Gloriosa (Gloriosa) is a flowering plant that was previously attributed to the Liliaceae family, but the modern classification ranks it among the Bezvremennikovs, sometimes the Melantievs. In any case, all three families are classified according to the highest classification to the order Lilyaceae. Gloriosa has only 10 species and originates from the tropics of Africa and South Asia. Once in Australia, it is so acclimatized there that it crowds out local species and is considered a malicious weed.
Gloriosa is a winding perennial with elegant flowers of an unusual shape, bright green leaves and branched shoots that reach 2 meters in nature. The leaves are elongated, located opposite one at a time or gathered three in a whorl, at the tip have a kind of tendril or claw, with which gloriosa holds onto the support. If there is no support nearby, it grows like a creeping plant.
Single flowers have an actinomorphic (regular) shape and are located on elongated pedicels. Perianth gloriosa is brightly colored, has six elongated leaves bent upwards. Their outer side is usually painted pink, the inside is red, with a yellow base. Spectacular lush flowering continues throughout the summer.
Gloriosa has underground non-wintering tubers, very fragile, elongated or U-shaped. The roots do not develop at the tubers, but at the base of the stems.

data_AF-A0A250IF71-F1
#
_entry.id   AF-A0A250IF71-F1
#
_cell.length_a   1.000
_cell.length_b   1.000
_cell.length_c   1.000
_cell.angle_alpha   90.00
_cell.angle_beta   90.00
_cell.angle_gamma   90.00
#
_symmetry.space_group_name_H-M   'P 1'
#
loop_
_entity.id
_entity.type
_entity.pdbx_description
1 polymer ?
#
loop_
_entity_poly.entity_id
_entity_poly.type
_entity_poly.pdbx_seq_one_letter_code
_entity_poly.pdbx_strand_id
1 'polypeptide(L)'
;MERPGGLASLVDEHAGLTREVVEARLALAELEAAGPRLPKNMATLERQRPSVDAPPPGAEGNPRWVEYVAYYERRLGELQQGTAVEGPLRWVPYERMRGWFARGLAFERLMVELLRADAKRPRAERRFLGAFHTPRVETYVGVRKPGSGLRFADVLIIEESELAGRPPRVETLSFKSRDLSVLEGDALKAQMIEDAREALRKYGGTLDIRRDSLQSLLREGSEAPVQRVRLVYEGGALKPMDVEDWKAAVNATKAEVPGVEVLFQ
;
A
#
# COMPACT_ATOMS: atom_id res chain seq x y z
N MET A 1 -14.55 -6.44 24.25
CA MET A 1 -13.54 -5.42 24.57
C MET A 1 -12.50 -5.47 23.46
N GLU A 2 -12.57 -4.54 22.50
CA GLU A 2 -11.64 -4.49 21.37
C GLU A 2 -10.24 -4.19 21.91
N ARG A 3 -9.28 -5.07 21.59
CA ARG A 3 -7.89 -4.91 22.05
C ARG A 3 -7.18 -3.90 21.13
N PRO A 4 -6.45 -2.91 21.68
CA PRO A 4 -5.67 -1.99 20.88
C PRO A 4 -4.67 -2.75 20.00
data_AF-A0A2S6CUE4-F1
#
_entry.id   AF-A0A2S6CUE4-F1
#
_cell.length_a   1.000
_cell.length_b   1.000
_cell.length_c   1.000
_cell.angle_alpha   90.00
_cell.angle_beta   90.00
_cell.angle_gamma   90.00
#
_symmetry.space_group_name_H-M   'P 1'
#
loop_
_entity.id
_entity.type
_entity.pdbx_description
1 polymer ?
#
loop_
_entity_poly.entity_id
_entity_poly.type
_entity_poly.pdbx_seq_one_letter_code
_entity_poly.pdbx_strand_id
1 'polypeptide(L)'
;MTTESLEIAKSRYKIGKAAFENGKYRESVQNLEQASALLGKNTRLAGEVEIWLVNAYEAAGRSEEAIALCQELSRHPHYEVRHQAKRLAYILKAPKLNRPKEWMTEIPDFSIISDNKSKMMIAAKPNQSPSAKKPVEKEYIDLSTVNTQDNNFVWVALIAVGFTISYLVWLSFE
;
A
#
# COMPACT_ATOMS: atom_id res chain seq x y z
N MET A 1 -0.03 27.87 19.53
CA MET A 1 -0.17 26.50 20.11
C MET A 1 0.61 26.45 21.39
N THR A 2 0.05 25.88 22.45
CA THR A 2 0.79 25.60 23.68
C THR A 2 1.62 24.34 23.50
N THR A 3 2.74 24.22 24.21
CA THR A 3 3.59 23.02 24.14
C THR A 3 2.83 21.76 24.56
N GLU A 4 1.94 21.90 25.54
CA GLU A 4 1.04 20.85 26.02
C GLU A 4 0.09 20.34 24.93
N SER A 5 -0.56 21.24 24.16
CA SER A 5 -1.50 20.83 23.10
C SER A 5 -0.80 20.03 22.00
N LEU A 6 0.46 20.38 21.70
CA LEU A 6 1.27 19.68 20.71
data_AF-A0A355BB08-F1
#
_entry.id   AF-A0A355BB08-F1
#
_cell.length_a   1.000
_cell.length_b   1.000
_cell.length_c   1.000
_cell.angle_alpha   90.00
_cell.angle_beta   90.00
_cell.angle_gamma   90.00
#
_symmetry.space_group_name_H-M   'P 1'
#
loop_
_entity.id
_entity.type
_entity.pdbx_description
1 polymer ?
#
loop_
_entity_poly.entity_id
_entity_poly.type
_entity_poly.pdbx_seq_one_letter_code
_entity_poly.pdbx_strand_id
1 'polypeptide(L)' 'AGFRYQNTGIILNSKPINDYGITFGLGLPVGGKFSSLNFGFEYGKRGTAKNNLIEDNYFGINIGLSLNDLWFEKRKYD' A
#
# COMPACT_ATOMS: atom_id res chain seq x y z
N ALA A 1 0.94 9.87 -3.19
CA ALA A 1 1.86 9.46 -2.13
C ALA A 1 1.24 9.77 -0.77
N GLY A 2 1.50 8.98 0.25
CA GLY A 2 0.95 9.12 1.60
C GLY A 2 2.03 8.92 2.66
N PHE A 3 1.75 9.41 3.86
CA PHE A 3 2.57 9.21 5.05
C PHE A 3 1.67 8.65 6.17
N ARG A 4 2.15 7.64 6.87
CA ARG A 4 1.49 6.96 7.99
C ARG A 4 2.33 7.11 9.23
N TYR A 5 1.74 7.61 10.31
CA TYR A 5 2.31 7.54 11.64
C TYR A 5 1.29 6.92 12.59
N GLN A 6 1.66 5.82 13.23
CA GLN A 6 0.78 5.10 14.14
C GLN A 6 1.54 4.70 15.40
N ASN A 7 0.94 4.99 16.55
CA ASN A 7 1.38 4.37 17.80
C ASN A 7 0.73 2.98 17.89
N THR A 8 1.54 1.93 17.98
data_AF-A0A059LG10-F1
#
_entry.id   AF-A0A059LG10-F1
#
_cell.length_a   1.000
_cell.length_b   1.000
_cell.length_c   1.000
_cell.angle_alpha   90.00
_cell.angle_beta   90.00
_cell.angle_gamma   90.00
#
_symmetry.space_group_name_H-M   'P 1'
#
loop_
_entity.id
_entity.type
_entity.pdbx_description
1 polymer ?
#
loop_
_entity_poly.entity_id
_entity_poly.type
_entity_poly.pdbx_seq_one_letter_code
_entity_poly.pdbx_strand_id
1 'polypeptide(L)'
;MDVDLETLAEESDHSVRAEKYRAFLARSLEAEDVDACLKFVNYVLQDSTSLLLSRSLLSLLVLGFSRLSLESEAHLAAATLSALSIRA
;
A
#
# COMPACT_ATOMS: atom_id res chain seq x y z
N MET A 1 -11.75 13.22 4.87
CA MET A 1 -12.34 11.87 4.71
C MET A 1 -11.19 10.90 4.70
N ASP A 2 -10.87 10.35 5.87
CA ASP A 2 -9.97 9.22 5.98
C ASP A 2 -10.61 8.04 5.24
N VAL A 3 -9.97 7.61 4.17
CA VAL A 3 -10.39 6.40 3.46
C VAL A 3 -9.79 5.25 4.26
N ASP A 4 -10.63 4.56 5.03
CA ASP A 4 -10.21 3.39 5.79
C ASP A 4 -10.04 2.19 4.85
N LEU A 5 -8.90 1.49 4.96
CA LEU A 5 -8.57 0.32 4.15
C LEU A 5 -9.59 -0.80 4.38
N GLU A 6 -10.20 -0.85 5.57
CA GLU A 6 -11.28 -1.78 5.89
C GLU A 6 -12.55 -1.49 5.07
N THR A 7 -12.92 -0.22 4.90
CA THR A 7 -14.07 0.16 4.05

Types of Gloriosa
- Gloriosa Luxurious - This is a climbing plant with shoots of 1.5-2 m. The leaves reach 15 cm, peduncles up to 20 cm in length. Large flowers of regular shape can reach a diameter of 20 cm, their petals are narrow, with sharp tips and wavy edges, painted in yellow and red colors.
- Gloriosa Rothschild is the emblem of Zambia. It blooms from June to August, reaching 10 cm in diameter with raspberry flowers. Petals of this species are very corrugated around the edge. There is a species with yellow perianth.
- Gloriosa Carson has a thin knotty stem. Flowers of her dark red hues.
- Gloriosa Yellow with flowers of pale yellow color.
- Gloriosa Simple - her flowers are small, barely reaching a diameter of 5 cm. A characteristic feature of this species are petals not bent up, but bell-shaped, painted in green, yellow, red and green.
- Gloriosa Modesta with small, up to 5 cm bell-shaped flowers of yellow-orange color.
- Gloriosa Yellow Green - Endemic of Angola. Dwarf species with stems no longer than 30 cm, leaves up to 6 cm and yellow-green flowers.
- Gloriosa Grena - the flower is like a Chinese lantern thanks to smooth lemon-yellow petals, curved upward.
The plant is not easy to care for, it requires increased attention to itself.
Temperature and lighting
Gloriosa needs a bright diffused light, it is covered from direct rays of the sun. If the plant has been in the shade for a long time, it is gradually accustomed to the sun.
During the growing season, gloriosa is kept at 20-25 degrees. Drafts can cause significant damage to the flower.
Humidity and watering
The plant needs both regular plentiful watering and high humidity. The earthen lump should not dry out in spring and summer. When the plant leaves the dormant period, before the shoots appear, the soil is moistened a little, gradually increasing the amount of watering, in autumn, on the contrary, watering is reduced.
When the gloriosa blooms, it must be sprayed carefully, as spots may appear on the flowers from moisture.